Reply Mon 6 Apr, 2009 10:09 am
A quick consumer question, ladies and lads.

For years now I've just been stealing internet. No longer will that suffice. Today, Opening Day 2009, I shall order high-speed wireless internet so that I can stream every single Milwaukee Brewers game my girlfriend will allow me to watch.

AT&T offers the following grades of high-speed internet: direct basic ($19.99/mo.), direct express ($35/mo.), direct pro ($40/mo.), and direct elite (way ******* expensive/mo.). For those of you who subscribe to one of these, I would like to know which is the cheapest grade sufficient for streaming video. On their site AT&T recommends direct pro for this, but I suspect they're trying to squeeze an extra $60 per year outta me.

Can I watch my Brewers with basic or express?

A tongue bath goes to she/he/he-she with the best answer.
 
Cycloptichorn
 
  1  
Reply Mon 6 Apr, 2009 10:12 am
@Gargamel,
Gargamel wrote:

A quick consumer question, ladies and lads.

For years now I've just been stealing internet. No longer will that suffice. Today, Opening Day 2009, I shall order high-speed wireless internet so that I can stream every single Milwaukee Brewers game my girlfriend will allow me to watch.

AT&T offers the following grades of high-speed internet: direct basic ($19.99/mo.), direct express ($35/mo.), direct pro ($40/mo.), and direct elite (way ******* expensive/mo.). For those of you who subscribe to one of these, I would like to know which is the cheapest grade sufficient for streaming video. On their site AT&T recommends direct pro for this, but I suspect they're trying to squeeze an extra $60 per year outta me.

Can I watch my Brewers with basic or express?

A tongue bath goes to she/he/he-she with the best answer.


Do they have bandwidth D/L numbers? That's what we need to know.

Cycloptichorn
0 Replies
 
Gargamel
 
  1  
Reply Mon 6 Apr, 2009 10:27 am
Right-o!

Let's see. Uh, Basic has a downstream speed of 768 Kbps. You know, those things. For Express that speed is 1.5 Mbps. 3 Mbps for Pro.

I don't even know if that helps.
Cycloptichorn
 
  3  
Reply Mon 6 Apr, 2009 10:32 am
@Gargamel,
Gargamel wrote:

Right-o!

Let's see. Uh, Basic has a downstream speed of 768 Kbps. You know, those things. For Express that speed is 1.5 Mbps. 3 Mbps for Pro.

I don't even know if that helps.


Yup!

Definitely go Express or Pro; the more the better, the smoother it will be. Pro seems like only 5 bucks more for double the speed, do it.

Try finding a friend who has internet, and test their streaming video. If it looks good, go here -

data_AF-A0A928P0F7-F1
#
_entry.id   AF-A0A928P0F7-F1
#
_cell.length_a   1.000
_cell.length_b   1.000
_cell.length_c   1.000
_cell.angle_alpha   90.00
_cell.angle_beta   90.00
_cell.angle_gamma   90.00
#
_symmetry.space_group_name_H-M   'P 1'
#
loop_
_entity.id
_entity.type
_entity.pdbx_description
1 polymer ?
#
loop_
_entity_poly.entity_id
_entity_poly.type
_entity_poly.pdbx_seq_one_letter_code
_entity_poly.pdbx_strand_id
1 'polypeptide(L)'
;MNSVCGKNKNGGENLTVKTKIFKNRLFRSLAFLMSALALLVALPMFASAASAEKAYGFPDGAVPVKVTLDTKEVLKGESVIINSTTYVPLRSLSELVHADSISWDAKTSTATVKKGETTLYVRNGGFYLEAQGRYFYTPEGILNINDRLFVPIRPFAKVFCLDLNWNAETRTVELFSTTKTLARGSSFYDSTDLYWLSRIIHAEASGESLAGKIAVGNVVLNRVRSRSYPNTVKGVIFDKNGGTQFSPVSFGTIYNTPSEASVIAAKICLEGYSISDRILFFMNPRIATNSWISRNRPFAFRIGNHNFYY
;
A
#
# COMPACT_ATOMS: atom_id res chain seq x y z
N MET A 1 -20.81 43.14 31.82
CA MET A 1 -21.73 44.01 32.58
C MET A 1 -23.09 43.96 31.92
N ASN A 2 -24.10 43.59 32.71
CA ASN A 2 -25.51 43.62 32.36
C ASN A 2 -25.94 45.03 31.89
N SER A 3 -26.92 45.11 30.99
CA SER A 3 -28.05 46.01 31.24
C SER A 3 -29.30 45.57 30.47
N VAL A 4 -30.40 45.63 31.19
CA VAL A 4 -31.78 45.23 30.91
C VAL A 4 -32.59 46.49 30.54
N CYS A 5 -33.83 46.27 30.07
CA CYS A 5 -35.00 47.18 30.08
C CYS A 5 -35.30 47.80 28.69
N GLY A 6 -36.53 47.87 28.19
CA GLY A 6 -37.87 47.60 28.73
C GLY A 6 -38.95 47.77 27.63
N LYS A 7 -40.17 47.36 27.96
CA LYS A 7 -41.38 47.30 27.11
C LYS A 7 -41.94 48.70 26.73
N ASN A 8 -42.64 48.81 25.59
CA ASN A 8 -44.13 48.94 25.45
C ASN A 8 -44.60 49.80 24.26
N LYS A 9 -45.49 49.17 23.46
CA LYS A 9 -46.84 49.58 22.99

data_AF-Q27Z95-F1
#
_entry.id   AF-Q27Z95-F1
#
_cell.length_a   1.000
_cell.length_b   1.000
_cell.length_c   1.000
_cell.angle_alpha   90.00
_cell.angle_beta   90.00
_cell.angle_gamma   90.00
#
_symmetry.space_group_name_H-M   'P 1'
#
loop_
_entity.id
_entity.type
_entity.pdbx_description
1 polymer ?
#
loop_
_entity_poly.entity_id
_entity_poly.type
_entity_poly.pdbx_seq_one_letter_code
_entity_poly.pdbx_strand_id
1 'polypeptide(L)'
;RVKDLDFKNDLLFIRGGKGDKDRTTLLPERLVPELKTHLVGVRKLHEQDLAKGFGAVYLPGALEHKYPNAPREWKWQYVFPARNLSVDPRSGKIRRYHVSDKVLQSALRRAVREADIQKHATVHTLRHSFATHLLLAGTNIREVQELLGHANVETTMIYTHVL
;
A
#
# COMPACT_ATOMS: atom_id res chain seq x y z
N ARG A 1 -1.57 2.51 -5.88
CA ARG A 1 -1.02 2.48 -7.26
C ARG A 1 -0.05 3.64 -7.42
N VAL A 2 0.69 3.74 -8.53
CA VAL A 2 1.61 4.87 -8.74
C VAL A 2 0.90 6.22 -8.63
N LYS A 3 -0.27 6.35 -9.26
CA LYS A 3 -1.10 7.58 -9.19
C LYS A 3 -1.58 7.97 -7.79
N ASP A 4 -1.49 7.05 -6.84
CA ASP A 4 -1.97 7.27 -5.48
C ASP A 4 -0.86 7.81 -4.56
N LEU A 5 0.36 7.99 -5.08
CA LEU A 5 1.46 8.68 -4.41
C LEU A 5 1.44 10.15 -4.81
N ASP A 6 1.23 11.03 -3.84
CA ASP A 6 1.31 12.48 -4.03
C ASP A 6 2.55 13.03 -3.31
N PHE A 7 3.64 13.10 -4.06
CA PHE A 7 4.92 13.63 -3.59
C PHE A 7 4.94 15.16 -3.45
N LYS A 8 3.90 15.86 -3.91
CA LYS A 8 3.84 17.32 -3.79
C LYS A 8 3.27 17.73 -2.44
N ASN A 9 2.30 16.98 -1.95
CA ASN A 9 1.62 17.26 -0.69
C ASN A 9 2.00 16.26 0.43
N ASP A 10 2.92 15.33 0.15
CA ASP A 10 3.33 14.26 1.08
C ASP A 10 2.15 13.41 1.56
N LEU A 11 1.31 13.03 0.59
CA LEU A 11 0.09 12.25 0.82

http://www.speedtest.net/

To see what kind of numbers they get.

3 mbs/sec should be good enough - though I prefer the 40 mbs/sec I get here at work Smile

Cycloptichorn
wandeljw
 
  1  
Reply Mon 6 Apr, 2009 11:00 am
@Cycloptichorn,
Excellent answer. You owe Cyclo a tongue bath, Gargamel!
0 Replies
 
Robert Gentel
 
  1  
Reply Mon 6 Apr, 2009 11:02 am
@Gargamel,
I'd go with Verizon FiOS if it's available in your area.

http://www22.verizon.com/Residential/FiOSInternet/Plans/Plans.htm

As to what is the minimum for streaming video it really depends on what video quality. None of the options they give you is enough for serious video. Verizon FiOS is the only thing that comes close to the next generation of broadband in the US.
Cycloptichorn
 
  1  
Reply Mon 6 Apr, 2009 11:08 am
@Robert Gentel,
Robert Gentel wrote:

I'd go with Verizon FiOS if it's available in your area.

http://www22.verizon.com/Residential/FiOSInternet/Plans/Plans.htm

As to what is the minimum for streaming video it really depends on what video quality. None of the options they give you is enough for serious video. Verizon FiOS is the only thing that comes close to the next generation of broadband in the US.


I've been watching a lot of HD content on my Comcast cable here in the bay area, and the **** is rock-solid - though I see now that it's probably up to 12mbs cap.

Cycloptichorn
Robert Gentel
 
  2  
Reply Mon 6 Apr, 2009 11:14 am
@Cycloptichorn,
I can watch "HD" YouTube videos on a 1.5 mbs connection, but what I really meant is true IPTV and the internet in the US is being throttled by cable providers who are worried that broader band will destroy their business models (e.g. ditch cable TV for IPTV).